Improving diversity in Cochrane through capacity building: what are the challenges in Nigeria?

Session: 

Oral session: Education and training (1)

Date: 

Tuesday 22 October 2019 - 16:00 to 17:30

Location: 

All authors in correct order:

Effa E1, Oyo-Ita A2, Oduwole O3, Okusanya B4, Esu E5, Arikpo D6, Udoh E7, Ezebialu I8, Meremikwu M9
1 Department of Medicine, University of Calabar, Nigeria
2 Community Medicine Department, University of Calabar, Nigeria
3 Achievers University Owo, Nigeria
4 Department of Obstetrics and Gynaecology, University of Lagos, Nigeria
5 Department of Public Health, University of Calabar, Nigeria
6 Cochrane Nigeria, Nigeria
7 Paediatrics Department, University of Uyo Teaching Hospital, Nigeria
8 Department of Obstetrics and Gynaecology, Chukwuemeka Odumegwu Ojukwu University, Nigeria
9 Department of Paediatrics, University of Calabar, Nigeria
Presenting author and contact person

Presenting author:

Dachi Arikpo

Contact person:

Abstract text
Background: one of the goals of Cochrane's strategy 2020 is to build a diverse and inclusive organization where all regions are amply represented. Currently, while more than 70% of authors come from high-income countries, less than 4% are from lower-middle-income countries such as Nigeria (archie.cochrane.org).

Review authors are often 'recruited' through training workshops. In spite of the researchers trained by Cochrane Nigeria, this has translated to low number of review authors. This research seeks to identify the reasons for this observation, as this ultimately reflects on the diversity we should experience if more of these researchers were to join Cochrane.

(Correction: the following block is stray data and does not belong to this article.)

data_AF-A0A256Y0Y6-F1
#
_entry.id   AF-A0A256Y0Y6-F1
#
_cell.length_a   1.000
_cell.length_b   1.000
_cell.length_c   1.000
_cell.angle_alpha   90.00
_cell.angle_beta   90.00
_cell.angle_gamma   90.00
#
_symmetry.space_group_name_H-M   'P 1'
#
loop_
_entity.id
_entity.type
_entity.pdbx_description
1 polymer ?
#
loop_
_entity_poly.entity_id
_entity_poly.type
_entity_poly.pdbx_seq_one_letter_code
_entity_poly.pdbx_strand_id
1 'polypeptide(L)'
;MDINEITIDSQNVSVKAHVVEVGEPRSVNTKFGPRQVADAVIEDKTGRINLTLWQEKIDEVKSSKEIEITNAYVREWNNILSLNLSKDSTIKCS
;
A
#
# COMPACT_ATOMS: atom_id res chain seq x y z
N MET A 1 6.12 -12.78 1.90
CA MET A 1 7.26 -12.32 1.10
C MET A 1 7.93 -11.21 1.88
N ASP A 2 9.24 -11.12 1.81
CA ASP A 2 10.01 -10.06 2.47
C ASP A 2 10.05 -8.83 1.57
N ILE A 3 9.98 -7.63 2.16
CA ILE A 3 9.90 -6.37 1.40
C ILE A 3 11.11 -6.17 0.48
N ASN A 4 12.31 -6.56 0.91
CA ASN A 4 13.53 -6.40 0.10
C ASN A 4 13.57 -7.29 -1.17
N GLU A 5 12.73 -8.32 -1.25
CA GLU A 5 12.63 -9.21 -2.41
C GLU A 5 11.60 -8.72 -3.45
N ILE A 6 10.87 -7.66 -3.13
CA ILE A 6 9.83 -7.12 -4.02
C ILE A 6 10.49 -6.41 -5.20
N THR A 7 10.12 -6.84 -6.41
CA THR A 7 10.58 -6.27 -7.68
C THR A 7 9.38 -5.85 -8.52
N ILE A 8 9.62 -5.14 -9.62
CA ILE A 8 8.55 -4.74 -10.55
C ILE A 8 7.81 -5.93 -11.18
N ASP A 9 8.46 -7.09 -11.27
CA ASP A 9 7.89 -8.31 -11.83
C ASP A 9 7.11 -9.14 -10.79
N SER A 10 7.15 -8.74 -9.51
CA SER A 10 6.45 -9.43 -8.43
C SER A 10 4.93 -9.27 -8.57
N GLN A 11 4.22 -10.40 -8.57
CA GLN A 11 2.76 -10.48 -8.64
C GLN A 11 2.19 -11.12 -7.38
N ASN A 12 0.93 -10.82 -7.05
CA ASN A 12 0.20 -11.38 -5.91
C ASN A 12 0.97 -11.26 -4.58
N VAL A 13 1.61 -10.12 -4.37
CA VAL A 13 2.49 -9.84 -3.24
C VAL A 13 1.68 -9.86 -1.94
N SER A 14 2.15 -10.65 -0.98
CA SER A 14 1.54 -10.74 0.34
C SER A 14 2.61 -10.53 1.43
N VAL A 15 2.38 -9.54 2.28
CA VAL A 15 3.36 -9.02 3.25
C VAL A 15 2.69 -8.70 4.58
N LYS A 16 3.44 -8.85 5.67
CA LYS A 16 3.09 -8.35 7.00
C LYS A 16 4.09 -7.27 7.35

Objectives: to determine why:
1) many Nigerians who attend systematic review workshops are not undertaking Cochrane Reviews;
2) challenges they face in completing systematic reviews.

Methods: in February 2019, we prepared a short online survey and disseminated this via email in March 2019 to 285 people who had attended 'Introduction to Cochrane Review workshops' by Cochrane Nigeria. Reminders were sent three times over four weeks. The survey comprised of nine questions (eight multiple choice and one open-ended question) which sought to find out whether the respondents had attempted to register review titles following the workshop, and the reasons for this. It also sought to find out reasons for failed attempts to register titles. Finally, for those who had registered topics, the questionnaire sought to find out their challenges in completing reviews. A total of 57 people took the survey.

Results: the survey showed that 36.84% (21) of respondents, attempted to register a review title following the workshop. Of these, only five registered titles successfully. The most frequent reason for not attempting to register titles was “A Cochrane Review required a lot of work and effort which I could not afford at the time” (22 respondents). This was followed by “I did not know how to go about registering the title” by 18 respondents (Table 1).

Nine respondents indicated they had started reviews, but were unable to complete them. The most common reason for this was lack of time (five respondents (50%)), followed by inadequate skills (four respondents (40%)) (Table 2).

When asked what help they needed to start or complete their review, responses included the following: reminders and proper guidance on title registration; co-authors with whom to do review; mentoring; further training; and dedicated time out.

Conclusions: in order to increase the number of Nigerians doing and completing reviews, the following may be helpful:
1) clear guidance on how to register title during workshops;
2) follow-up of participants through: mentoring, reminders, and assistance to form review teams;
3) additional training;
4) time out for authors.

Patient or healthcare consumer involvement: low involvement of local researchers in Cochrane affects consumers as research priorities and outcomes affecting local health consumers may not be addressed.

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